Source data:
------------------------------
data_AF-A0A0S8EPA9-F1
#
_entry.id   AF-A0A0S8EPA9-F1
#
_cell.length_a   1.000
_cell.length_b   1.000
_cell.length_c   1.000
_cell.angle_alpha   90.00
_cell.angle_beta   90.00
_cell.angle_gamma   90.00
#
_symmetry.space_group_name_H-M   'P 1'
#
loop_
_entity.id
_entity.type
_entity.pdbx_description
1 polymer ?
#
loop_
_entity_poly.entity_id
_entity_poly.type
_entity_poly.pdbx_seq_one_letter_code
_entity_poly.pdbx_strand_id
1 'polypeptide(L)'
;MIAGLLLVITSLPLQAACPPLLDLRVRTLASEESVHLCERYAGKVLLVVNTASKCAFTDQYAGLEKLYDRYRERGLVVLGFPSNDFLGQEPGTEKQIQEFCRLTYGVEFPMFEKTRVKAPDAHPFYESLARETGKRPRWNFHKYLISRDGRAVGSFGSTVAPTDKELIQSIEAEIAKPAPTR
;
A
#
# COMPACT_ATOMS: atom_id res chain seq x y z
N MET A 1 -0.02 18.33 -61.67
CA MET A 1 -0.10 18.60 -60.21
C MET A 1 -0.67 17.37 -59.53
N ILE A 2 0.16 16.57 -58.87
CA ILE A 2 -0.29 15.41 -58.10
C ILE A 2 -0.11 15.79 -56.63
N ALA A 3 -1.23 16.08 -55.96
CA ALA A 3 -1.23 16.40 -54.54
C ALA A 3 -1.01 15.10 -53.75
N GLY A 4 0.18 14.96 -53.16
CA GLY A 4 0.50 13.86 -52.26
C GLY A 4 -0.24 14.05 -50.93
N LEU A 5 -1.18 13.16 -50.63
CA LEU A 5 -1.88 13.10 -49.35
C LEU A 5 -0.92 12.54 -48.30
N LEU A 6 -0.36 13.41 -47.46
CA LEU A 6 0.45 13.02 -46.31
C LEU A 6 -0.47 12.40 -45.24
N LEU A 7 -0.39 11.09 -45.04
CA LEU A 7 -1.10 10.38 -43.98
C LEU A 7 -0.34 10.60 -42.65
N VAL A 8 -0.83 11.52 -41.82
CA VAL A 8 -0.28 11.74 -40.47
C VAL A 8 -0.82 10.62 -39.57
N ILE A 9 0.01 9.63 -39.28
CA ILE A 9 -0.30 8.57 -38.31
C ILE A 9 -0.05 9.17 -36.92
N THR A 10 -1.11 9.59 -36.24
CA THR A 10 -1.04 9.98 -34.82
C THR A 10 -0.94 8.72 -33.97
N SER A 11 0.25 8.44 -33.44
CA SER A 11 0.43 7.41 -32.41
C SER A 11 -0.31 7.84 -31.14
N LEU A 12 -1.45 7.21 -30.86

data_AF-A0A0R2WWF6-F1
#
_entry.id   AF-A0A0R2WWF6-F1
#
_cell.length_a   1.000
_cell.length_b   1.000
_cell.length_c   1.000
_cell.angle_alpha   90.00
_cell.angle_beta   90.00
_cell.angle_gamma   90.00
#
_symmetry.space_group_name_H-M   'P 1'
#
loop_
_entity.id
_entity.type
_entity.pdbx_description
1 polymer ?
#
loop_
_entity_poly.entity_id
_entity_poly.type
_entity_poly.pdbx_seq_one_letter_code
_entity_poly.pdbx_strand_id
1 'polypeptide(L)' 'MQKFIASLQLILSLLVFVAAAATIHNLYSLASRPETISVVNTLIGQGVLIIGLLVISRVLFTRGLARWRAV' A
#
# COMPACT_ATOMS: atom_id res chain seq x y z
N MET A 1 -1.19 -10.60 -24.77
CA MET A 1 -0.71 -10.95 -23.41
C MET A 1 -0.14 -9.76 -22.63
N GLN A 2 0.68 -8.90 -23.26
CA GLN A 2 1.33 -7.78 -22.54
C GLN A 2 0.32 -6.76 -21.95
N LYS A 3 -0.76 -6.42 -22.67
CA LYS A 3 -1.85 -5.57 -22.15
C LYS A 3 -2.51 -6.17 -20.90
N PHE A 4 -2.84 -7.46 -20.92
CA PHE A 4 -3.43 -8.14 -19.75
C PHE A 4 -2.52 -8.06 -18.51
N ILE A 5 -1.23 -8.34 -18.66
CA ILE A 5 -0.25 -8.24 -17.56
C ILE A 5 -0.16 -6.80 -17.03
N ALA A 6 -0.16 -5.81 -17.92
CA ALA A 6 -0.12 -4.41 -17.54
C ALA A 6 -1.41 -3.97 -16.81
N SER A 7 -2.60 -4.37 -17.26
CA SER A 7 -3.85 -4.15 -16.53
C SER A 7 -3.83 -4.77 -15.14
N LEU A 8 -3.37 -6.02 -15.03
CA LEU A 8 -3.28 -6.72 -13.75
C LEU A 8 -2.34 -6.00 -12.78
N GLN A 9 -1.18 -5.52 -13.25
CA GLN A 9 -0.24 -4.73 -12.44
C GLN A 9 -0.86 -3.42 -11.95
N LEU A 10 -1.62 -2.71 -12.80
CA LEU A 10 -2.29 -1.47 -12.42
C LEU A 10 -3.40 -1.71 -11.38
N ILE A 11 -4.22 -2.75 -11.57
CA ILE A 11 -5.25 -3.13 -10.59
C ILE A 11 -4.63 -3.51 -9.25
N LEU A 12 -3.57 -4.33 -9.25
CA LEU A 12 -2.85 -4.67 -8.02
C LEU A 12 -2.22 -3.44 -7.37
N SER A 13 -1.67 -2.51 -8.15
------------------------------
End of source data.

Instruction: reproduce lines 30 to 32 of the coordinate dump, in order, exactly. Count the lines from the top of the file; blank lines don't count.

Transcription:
# COMPACT_ATOMS: atom_id res chain seq x y z
N MET A 1 -0.02 18.33 -61.67
CA MET A 1 -0.10 18.60 -60.21